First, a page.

We review the record and conclude that she deserves plenty of credit, both for the passage of the State Children’s Health Insurance Program (SCHIP) legislation and for pushing outreach efforts to translate the law into reality.
The Boston Globe ran a story with the headline, “Clinton role in health programs disputed.“ We reviewed the Globe story: it quotes a political foe, Sen. Orrin Hatch. About Sen. Ted Kennedy, who cosponsored the original 1997 SCHIP legislation, the Globe said he wouldn’t criticize Clinton ”directly.“ Kennedy is now backing Obama, but said last year, ”The children’s health program wouldn’t be in existence today if we didn’t have Hillary pushing for it from the other end of Pennsylvania Avenue.“ Others concur. Our conclusion: Clinton is right on this one.
“Children need us. They are not rugged individualists. They depend, first and foremost, on their parents, who bear the primary responsibility for their upbringing.” She cited Jesus as the chief motivation in her government-based health care ministry to children.
“Take the image we have of Jesus and transposing it onto the face of every child we see, then we would ask ourselves, would I turn that child away from the health care that child needs?“
In this one passage, she brought her two predominant interests--health care and children--together under the umbrella of religion, in a telling explanation of her motivations for universal health care. It was an important display of the relationship between her private Christianity and her public policy. God had led her to believe in the value of nationalized health care.
According to the Centers for Disease Control and Prevention, HIV/AIDS is indeed the leading cause of death of black women aged 25 to 34. Sen. Clinton also accused the Bush Administration of “disgracefully” keeping funding for the Ryan White HIV/AIDS program “flat,” and in fact, spending on that program has hovered at just over $2 billion for the past five years, according to figures from the Department of Health and Human Services.
CLINTON: We need to take step-by-step progress toward providing insurance for every American. I’d expand the Children’s Health Insurance Program. I’d allow people between 55 and 65 to buy into Medicare. I want to see mental health considered on parity. He’s opposed the “patients’ bill of rights” that is supported in a bipartisan coalition, as well as by 300 medical and health groups. And he’s gone for the GOP version of the prescription drug benefit, which wouldn’t cover 650,000 New Yorkers.
LAZIO: Mrs. Clinton’s plan in 1993 would have been an unmitigated disaster. No New Yorker would ever have written a bill that would have led to 75,000 jobs being destroyed, health care rationing and the destruction of many of our teaching hospitals. I have supported doubling the amount of money that we spend on health care research. I have voted for deductibility for those employees who are not covered by an employer’s plan.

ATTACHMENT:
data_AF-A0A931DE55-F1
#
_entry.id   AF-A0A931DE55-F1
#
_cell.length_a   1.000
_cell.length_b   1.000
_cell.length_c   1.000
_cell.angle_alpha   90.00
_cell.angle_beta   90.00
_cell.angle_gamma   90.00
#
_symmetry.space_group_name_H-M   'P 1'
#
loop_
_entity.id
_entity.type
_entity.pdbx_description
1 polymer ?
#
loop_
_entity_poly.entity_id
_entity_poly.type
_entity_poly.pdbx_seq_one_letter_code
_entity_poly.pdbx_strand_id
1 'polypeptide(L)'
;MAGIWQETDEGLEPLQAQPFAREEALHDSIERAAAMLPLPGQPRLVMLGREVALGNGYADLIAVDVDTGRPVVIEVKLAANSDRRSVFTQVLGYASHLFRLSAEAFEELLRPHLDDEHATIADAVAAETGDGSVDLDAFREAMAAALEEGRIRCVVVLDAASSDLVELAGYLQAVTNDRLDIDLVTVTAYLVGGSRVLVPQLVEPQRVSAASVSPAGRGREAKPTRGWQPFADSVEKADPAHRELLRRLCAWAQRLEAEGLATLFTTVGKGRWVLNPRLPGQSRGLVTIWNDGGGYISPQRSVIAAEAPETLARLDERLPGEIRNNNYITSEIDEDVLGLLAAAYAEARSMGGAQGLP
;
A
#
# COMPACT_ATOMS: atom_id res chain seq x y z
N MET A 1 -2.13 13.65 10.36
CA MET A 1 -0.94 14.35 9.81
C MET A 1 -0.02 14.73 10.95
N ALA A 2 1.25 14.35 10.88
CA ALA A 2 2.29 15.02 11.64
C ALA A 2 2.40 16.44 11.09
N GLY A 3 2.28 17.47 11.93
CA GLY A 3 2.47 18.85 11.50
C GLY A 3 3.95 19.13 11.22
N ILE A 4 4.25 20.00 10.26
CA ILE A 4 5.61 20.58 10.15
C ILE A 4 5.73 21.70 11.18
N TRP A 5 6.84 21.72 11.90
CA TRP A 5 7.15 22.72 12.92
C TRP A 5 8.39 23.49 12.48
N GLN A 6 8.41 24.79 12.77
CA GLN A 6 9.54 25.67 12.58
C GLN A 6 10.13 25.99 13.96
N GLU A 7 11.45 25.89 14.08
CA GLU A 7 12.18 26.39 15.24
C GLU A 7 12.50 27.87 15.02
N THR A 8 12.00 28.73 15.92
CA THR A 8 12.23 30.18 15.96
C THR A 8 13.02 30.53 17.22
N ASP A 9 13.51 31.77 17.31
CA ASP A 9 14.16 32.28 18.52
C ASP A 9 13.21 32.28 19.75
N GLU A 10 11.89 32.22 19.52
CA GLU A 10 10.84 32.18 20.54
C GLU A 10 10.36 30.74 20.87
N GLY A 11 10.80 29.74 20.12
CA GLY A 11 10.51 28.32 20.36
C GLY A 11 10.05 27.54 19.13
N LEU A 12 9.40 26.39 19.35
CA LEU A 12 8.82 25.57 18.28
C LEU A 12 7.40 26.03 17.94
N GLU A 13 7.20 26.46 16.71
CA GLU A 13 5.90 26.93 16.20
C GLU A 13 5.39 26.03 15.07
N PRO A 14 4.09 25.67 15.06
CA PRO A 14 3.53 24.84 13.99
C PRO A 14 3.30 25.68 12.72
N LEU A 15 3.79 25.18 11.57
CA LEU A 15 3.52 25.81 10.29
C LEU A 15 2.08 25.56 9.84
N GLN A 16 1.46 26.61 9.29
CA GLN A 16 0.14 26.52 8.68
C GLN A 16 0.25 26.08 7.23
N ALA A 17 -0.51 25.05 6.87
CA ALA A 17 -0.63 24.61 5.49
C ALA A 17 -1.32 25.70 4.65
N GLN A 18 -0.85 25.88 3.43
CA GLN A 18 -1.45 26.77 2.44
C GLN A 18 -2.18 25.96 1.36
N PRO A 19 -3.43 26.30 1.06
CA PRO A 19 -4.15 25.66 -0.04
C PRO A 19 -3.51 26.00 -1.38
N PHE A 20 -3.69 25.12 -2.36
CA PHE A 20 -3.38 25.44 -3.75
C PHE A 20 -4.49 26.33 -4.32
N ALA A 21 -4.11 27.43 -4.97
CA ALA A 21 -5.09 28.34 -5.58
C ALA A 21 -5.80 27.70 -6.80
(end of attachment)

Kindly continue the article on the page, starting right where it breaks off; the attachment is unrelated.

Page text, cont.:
He appointed Hillary to head his health care advisory committee. He had appointed a health commissioner from out of state who had proposed that nurse-practitioners be permitted to serve as doctors in many areas where physicians were scarce. Bill appointed Hillary to solve the problem of delivering expanded health care to the poorest counties without taking a bite from doctors’ fees. Hillary used her contacts in Washington to obtain federal money to pay for rural health care services in Arkansas. Four rural clinics were opened almost immediately, construction began on three others, and the use of midwives and nurse-practitioners was expanded.
Because I believe that the country is ready for change. I believe America is ready now for universal health care. It is ready to clean up the government after the corruption and the cronyism of the Bush years.
Providing a home health aide, giving some respite to the full-time caretaker of an Alzheimer’s patient, that is all much cheaper than putting the person in a nursing home. Let’s enable older people to live with dignity.
We should build on the employer system. The employers contribute, those who work contribute, and all of us are thus paying our fair share.
Announcer: He couldn’t answer tough questions in the debate. So Barack Obama is making false charges against Hillary’s health care plan. She has a plan everyone can afford. Obama’s will cost taxpayers $1,700 more t cover each new person. Hillary’s plan covers everyone. Obama’s leaves 15 million people out. Obama’s attacks have been called “destructive and poisoning.” There are more and more questions about Obama. Instead of attacking, maybe he should answer them.
It is true that Clinton’s plan would force everyone to buy insurance. Nevertheless, the Clinton camp objects, saying the claim is false. The objection is to the phrase, “even if you can’t afford it.” Clinton says everybody will be able to afford coverage under her plan.